Rival rideshare apps start signing up Minneapolis drivers as Uber, Lyft exit looms

Two people celebrate
Minnesota Uber/Lyft Drivers Association (MULDA) president Eid Ali (right) celebrates with rideshare drivers as the Minneapolis City Council votes to override Mayor Jacob Frey’s veto on an ordinance that will raise pay and increase protections for drivers during a special meeting in the Minneapolis Public Service Center on March 14.
Ben Hovland | MPR News

This story comes to you from Sahan Journal through a partnership with MPR News.

Alfonzo Galvan | Sahan Journal

A month from the date Uber and Lyft have threatened to leave Minneapolis over a new rideshare ordinance, two rival apps are testing the waters to see if they can drum up driver — and passenger — interest.

Neither the Drivers Cooperative nor Hich have applied for a license to operate in Minneapolis, but representatives said they signed up a few hundred drivers at an event Friday backed by the Minnesota Uber/Lyft Drivers Association (MULDA).

MULDA President Eid Ali said his organization would support any alternative service provider interested in joining the market.

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“Rather than being without services, riders will have multiple options, creating a better and healthier transportation infrastructure,” Eid said at Friday’s news conference. 

The Minneapolis City Council overrode a veto by Mayor Jacob Frey on March 14 to pass the state’s first ordinance setting minimum pay for rideshare drivers, who are independent contractors. 

The Minneapolis ordinance sets a pay rate of $1.40 per mile and $0.51 per minute, or $5, whichever is higher, for the time transporting a rider within city limits.

Uber and Lyft have said those rates are too high and that they would leave Minneapolis—and in the case of Uber, the entire Twin Cities metro — by May 1. 

The rideshare giants have been lobbying Minneapolis and state officials for a much lower rate: $0.89 per mile and $0.49 per minute.

But the move has presented an opening to several smaller rideshare companies, which promise to give drivers a larger cut of the fares.

Erik Forman, a cofounder of the Drivers Cooperative, or Co-Op Ride, was in town from New York this week helping sign up drivers for a Minnesota co-op.

Co-Op Ride has about 12,000 drivers in New York, according to Forman. The company specializes in paratransit and nonemergency medical transportation, but would focus on general rideshare services should they come into the market.

Forman said the plan is to begin operation by May 1, and he’s already helped 200 drivers sign up during his first day in Minnesota.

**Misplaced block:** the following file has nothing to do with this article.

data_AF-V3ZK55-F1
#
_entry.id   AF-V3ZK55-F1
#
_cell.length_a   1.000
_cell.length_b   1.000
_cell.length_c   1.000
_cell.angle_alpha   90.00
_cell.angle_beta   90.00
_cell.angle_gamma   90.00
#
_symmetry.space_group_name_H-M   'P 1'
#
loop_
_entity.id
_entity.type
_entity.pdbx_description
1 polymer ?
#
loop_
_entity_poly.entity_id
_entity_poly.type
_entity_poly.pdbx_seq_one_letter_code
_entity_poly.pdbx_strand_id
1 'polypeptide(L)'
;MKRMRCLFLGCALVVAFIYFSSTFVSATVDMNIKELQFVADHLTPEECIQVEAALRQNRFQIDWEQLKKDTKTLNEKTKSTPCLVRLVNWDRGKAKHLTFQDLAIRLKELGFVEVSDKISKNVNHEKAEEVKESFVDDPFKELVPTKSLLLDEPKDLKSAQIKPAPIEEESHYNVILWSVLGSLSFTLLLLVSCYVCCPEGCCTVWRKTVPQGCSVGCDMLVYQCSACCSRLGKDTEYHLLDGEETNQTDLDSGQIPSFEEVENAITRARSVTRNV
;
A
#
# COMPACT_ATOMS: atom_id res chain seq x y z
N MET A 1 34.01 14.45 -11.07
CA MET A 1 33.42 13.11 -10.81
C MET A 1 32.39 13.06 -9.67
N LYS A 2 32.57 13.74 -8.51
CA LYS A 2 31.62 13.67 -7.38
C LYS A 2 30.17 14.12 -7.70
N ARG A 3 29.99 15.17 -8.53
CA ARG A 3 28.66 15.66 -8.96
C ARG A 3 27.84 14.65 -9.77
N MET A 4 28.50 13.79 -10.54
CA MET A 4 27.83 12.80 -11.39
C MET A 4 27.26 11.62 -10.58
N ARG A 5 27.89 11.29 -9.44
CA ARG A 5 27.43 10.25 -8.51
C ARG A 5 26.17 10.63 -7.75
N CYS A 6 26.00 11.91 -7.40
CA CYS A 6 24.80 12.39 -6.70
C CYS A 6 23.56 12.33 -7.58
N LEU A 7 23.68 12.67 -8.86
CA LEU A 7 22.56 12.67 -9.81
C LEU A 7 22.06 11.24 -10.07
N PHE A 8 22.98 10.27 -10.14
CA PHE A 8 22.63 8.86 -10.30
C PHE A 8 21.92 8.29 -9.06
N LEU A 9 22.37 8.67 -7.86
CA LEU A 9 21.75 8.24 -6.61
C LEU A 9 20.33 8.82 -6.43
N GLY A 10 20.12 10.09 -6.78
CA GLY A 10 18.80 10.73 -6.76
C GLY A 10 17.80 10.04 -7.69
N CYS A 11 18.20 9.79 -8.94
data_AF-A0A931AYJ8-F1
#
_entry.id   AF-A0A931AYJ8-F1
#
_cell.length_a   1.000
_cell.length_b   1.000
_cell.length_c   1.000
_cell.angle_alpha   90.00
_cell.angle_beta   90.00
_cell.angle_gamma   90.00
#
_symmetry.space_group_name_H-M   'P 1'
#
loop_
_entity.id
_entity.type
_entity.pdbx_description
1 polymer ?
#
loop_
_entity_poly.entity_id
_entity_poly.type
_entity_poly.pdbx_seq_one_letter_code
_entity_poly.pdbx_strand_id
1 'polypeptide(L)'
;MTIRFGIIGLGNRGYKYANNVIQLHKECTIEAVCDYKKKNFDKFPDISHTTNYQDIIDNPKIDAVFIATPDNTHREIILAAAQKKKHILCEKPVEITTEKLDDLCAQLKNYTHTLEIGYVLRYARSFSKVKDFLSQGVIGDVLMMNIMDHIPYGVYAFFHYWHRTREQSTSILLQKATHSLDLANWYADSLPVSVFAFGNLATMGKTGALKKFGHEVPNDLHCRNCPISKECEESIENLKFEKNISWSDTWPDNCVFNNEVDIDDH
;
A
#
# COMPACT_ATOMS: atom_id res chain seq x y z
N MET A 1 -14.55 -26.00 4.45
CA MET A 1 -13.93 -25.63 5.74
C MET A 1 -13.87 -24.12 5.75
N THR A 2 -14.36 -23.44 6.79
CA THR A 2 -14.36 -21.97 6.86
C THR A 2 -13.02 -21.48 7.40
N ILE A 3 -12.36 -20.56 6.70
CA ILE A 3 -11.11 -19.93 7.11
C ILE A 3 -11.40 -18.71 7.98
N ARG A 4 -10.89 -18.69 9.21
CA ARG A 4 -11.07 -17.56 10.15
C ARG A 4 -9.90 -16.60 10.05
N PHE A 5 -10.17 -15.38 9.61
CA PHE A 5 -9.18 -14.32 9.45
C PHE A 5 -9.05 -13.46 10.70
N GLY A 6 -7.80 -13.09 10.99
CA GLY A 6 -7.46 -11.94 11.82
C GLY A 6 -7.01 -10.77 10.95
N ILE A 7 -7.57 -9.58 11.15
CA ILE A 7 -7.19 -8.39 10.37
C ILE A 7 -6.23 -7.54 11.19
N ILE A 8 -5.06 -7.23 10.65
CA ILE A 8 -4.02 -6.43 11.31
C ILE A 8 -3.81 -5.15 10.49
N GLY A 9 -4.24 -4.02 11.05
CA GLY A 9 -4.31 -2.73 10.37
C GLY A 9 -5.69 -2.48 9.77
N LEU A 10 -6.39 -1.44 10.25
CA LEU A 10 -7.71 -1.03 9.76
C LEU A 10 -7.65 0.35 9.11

“But we also need riders and so we’re calling on the people of Minnesota. Get involved, this is gonna be your company, make it happen,” Forman said.

Money is also an issue when getting a rideshare company started. Forman said “at a very bare minimum, about 200 grand,” is what’s needed to get up and running in Minneapolis.

Co-Op Ride said it’s willing to make sure drivers are paid the minimum wage called for by the Minneapolis ordinance. The app works by taking a percentage of the driver’s fare; money that is then reinvested in the company or paid to the drivers as dividends, Forman said.

A second rideshare company also announced it would enter the Minneapolis market at Friday’s news conference.

Hich recently set up a Minnesota website and lists an office in Bloomington. Mustafa Ali, a company representative, said Hich predominantly operates in Africa as a rideshare service, but does have a presence in Canada with cab services. 

Ali has been in Minnesota for four months setting up office and talking to drivers. Hich’s compensation model is different from most rideshare apps because instead of taking a percentage of trip fares, it charges drivers to use the app.

Hich drivers either pay $200 to drive all month, or they can pay a daily rate of $9.99.

“We’re a startup here. We saw these drivers that are unhappy and the only thing that they’re missing is the technology—we have the technology,” Ali said.

Before any new rideshare app can begin operation in Minneapolis, it needs to apply for a transportation network company (TNC) license with the city. Both Hich and Driver Co-Op said they have not yet done so. 

Ali said his attorney is working through an insurance issue before they can submit applications in Minneapolis and St. Paul. And regardless of whether Uber or Lyft leave, Ali said his app will be entering the market.

“My market research shows me that I can [enter the market],” Ali said.

According to Ali, the license application for rideshare companies comes with a fee. And both Minneapolis and St. Paul charge about $40,000 for their licenses. 

Minneapolis lists a fee of $37,145 for a TNC license and St. Paul says it charges $41,115.

Both cities also have a minimum $1 million liability insurance requirement for drivers.

As of this week, two rideshare companies have applied for a TNC license in Minneapolis, city spokesman Casper Hill said on Thursday. Hill said the approval process usually takes two to six weeks.